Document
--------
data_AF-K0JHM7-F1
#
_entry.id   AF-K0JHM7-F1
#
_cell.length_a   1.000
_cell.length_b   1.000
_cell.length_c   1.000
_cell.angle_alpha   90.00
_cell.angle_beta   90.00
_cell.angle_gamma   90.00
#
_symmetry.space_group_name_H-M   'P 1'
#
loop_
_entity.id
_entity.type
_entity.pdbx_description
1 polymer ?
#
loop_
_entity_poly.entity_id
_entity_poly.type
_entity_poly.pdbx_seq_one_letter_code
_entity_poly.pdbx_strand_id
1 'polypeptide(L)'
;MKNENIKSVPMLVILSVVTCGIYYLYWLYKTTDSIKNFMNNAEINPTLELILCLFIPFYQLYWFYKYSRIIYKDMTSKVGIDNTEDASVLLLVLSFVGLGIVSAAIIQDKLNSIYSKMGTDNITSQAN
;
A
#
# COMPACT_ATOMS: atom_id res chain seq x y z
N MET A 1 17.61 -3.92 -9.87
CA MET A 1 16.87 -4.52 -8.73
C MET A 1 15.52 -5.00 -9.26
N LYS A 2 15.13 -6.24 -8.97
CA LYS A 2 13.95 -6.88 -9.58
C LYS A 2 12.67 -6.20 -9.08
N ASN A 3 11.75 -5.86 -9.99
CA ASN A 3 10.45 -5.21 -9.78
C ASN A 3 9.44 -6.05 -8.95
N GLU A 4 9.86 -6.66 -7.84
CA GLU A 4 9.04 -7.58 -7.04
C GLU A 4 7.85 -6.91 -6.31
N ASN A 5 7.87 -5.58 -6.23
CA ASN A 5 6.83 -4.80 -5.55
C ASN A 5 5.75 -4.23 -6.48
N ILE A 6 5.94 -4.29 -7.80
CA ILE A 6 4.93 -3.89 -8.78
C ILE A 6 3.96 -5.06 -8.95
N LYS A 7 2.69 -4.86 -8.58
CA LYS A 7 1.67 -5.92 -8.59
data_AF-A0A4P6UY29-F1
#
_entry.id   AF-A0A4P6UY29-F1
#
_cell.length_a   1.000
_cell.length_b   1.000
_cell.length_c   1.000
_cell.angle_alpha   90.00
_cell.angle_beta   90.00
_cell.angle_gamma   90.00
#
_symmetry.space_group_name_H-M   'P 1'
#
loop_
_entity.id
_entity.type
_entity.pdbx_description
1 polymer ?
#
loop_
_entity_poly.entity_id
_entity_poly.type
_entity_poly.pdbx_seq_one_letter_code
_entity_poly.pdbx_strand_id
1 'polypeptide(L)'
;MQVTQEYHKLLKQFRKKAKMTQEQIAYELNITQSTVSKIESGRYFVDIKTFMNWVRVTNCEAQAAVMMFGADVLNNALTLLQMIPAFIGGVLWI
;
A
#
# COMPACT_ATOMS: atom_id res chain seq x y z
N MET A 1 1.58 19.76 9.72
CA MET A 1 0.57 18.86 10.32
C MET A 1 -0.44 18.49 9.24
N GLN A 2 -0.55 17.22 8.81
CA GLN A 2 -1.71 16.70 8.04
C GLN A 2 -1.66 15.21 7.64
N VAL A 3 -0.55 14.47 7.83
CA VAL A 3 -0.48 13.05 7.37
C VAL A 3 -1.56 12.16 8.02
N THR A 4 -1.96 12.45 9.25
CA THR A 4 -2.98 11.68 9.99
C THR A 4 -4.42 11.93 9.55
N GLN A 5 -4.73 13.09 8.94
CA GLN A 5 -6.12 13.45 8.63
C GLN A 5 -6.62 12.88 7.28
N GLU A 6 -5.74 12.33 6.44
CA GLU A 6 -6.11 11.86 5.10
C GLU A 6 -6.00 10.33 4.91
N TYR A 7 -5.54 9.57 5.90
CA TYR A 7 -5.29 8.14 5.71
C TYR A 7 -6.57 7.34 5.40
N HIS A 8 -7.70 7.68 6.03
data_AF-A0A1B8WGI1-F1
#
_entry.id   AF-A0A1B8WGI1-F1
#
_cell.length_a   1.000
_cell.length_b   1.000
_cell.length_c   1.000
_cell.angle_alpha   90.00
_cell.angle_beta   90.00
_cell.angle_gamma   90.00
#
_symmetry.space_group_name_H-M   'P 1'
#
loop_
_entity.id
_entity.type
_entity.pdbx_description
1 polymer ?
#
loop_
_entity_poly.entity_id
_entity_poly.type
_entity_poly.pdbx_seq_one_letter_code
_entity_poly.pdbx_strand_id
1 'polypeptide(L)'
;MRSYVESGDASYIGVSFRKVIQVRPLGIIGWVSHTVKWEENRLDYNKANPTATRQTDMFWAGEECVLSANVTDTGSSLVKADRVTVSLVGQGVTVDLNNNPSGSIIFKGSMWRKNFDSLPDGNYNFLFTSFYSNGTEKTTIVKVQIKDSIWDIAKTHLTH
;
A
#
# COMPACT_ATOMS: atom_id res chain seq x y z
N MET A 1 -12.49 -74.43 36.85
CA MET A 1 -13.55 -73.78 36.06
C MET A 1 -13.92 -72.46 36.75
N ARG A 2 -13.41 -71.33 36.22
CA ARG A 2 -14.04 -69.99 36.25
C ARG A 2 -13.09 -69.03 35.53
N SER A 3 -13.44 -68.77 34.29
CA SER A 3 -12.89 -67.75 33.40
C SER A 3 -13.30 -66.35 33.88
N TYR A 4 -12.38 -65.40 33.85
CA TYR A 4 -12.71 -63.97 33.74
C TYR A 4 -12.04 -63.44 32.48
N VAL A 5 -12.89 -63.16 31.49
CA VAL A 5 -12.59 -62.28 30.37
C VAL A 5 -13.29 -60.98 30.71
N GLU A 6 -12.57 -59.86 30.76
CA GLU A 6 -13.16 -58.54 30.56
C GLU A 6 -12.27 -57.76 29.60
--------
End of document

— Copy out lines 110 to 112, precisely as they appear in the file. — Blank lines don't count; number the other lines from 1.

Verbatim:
_cell.angle_alpha   90.00
_cell.angle_beta   90.00
_cell.angle_gamma   90.00